Just-In-Sequence (JIS) means the delivery of the right products, in the right quantity, at the right time, to the right place and also in the right order (sequence), so that they can be processed directly in production. Just-In-Sequence logistics thus represents an extension of Just-In-Time, because delivery in the correct sequence is added as a further variable.

Especially in the automotive industry, JIS has developed as procurement logistics without stocks. In the Automotive sector, sequence-synchronous delivery to production represents an important part of the logistics chain. This is because vehicles are often configured individually and thus vary greatly with regard to the required components and assemblies – which is why delivery is tailored to the vehicle and the sequence of assembly accordingly. The supplier must therefore make sure that the parts are packed in the correct sequence already during loading, so that the parts to be delivered can be unloaded at the customer in the processing sequence.

Just-In-Sequence (JIS) sequence

The car manufacturer plans the final assembly and thus determines the sequence for the JIS delivery. This information is passed on to the supplier electronically via an interface. The supplier can then plan his production and also the JIS-compliant loading and delivery. The parts then reach the assembly lines on delivery in exactly the order in which they have to be installed. Pre-sorting is not necessary. This enables the parts to be placed on automatic transport systems, which provide the parts in the production area with a perfect fit.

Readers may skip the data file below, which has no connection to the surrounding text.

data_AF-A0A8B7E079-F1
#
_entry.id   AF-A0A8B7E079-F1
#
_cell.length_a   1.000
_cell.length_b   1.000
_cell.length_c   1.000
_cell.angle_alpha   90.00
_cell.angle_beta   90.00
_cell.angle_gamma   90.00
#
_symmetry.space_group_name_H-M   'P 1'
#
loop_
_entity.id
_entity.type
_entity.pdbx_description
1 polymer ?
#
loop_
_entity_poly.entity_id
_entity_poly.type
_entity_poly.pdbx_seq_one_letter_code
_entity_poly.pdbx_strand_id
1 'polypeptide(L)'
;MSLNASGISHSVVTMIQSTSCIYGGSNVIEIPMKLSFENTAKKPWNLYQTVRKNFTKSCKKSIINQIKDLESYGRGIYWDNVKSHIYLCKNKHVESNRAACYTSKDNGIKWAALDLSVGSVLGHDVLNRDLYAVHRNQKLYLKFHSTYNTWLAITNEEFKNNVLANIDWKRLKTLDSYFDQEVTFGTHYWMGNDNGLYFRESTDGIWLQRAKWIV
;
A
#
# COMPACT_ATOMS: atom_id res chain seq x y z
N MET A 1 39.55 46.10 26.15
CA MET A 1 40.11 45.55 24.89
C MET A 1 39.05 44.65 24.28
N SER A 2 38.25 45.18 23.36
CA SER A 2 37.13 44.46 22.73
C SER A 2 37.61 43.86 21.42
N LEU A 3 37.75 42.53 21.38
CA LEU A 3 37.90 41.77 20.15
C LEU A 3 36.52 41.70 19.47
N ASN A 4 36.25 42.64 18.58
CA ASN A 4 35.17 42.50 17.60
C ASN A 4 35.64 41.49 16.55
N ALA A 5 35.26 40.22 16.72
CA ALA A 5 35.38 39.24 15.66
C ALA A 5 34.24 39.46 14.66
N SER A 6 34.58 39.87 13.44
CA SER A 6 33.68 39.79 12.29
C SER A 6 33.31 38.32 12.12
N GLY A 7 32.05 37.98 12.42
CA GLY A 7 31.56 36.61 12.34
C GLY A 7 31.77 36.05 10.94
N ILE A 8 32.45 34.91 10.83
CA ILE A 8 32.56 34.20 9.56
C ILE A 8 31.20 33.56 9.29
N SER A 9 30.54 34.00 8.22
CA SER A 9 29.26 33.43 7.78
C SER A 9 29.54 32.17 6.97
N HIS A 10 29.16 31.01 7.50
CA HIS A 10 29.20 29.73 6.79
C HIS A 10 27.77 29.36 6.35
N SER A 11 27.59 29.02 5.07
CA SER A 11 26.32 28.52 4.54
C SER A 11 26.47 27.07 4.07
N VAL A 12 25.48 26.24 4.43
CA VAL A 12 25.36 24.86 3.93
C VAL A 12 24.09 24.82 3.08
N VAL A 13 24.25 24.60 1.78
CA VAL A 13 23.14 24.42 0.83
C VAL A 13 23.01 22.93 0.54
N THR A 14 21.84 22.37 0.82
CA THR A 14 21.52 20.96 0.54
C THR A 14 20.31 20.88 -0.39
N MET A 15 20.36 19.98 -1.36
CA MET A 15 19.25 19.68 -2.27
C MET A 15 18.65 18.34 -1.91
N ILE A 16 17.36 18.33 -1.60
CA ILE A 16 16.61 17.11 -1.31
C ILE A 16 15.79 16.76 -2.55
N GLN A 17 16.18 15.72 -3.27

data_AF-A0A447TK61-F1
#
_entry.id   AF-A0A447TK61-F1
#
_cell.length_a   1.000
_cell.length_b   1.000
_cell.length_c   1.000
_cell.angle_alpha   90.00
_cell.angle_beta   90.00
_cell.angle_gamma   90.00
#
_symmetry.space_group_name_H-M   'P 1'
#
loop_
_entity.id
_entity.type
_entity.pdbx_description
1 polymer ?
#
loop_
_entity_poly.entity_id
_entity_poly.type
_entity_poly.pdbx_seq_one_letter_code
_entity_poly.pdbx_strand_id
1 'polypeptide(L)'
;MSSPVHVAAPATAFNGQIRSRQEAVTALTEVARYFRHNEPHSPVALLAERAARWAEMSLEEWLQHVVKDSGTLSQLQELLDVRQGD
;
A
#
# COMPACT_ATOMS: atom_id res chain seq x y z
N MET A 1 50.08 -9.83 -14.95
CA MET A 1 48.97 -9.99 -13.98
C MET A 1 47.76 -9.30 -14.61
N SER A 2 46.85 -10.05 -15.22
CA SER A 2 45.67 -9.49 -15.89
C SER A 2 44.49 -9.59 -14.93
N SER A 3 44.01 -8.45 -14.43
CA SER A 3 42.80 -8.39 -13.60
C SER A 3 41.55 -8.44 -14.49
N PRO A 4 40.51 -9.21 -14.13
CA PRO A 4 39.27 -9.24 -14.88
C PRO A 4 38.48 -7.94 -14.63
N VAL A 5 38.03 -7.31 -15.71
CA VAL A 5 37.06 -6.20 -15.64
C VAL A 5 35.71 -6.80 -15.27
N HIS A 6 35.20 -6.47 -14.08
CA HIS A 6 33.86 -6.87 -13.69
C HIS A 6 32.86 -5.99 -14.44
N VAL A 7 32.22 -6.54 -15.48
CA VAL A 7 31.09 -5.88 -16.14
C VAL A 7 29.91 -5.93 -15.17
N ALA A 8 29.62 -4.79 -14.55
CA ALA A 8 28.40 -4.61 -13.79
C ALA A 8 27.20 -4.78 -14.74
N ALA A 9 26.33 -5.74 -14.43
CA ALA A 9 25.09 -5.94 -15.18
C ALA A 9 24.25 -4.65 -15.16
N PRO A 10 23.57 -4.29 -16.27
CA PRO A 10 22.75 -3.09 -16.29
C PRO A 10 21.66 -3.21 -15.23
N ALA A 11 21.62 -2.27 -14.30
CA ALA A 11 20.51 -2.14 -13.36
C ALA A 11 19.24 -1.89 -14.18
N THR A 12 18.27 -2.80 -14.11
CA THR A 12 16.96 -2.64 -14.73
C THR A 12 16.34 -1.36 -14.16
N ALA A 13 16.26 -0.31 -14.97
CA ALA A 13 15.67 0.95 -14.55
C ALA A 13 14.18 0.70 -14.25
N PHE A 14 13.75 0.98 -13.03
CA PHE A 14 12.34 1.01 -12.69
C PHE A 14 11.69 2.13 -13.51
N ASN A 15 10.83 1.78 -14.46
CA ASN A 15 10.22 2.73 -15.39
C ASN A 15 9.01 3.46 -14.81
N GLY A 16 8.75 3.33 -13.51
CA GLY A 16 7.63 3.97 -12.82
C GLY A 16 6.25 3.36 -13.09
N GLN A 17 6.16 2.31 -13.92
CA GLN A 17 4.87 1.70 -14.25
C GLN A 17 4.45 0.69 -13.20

Just-in-sequence is less suitable for parts with a long lead time and thus a long delivery time, because a delivery bottleneck can then quickly jeopardize the entire production.

Just-In-Sequence (JIS) requires a comprehensive flow of information

The JIS process requires the exchange of information between recipient and supplier. On the one hand about the planned production or final assembly and on the other hand about the sequence of parts to be delivered. For this purpose, appropriate IT systems are generally used, which exchange data via an appropriate interface and data protocol such as EDIFACT or VDA in the automotive environment. The logistics software of the supplier and the recipient must be able to map both the JIS process and the VDA standards in the automotive industry.